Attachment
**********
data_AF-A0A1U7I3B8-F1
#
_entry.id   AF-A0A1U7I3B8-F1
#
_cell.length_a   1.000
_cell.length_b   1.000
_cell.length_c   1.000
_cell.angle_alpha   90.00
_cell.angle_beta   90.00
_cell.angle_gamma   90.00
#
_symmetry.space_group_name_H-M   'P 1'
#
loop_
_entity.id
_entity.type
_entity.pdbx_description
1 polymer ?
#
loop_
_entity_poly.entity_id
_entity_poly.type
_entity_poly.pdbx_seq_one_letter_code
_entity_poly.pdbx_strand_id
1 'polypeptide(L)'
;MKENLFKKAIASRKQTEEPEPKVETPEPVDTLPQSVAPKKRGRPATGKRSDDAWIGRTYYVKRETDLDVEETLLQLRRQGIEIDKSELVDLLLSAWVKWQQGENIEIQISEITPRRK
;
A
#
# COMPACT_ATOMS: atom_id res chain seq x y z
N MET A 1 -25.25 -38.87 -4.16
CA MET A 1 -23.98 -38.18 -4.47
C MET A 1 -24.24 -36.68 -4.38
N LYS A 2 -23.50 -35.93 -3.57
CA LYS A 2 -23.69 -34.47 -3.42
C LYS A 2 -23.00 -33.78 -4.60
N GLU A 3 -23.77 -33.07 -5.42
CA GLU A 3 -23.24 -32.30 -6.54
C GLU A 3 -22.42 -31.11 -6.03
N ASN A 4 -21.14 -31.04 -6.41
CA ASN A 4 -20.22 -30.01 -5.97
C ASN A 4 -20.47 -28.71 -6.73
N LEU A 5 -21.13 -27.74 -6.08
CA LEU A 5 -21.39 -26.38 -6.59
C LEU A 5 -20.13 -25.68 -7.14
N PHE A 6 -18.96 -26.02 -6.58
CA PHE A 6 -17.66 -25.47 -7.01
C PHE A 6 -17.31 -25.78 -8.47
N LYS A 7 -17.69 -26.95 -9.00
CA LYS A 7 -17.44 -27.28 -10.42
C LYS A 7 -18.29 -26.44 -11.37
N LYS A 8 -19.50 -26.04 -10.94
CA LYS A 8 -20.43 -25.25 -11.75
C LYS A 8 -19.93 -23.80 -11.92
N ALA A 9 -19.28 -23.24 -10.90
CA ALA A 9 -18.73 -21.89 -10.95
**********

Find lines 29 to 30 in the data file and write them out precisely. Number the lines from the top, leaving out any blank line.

#
# COMPACT_ATOMS: atom_id res chain seq x y z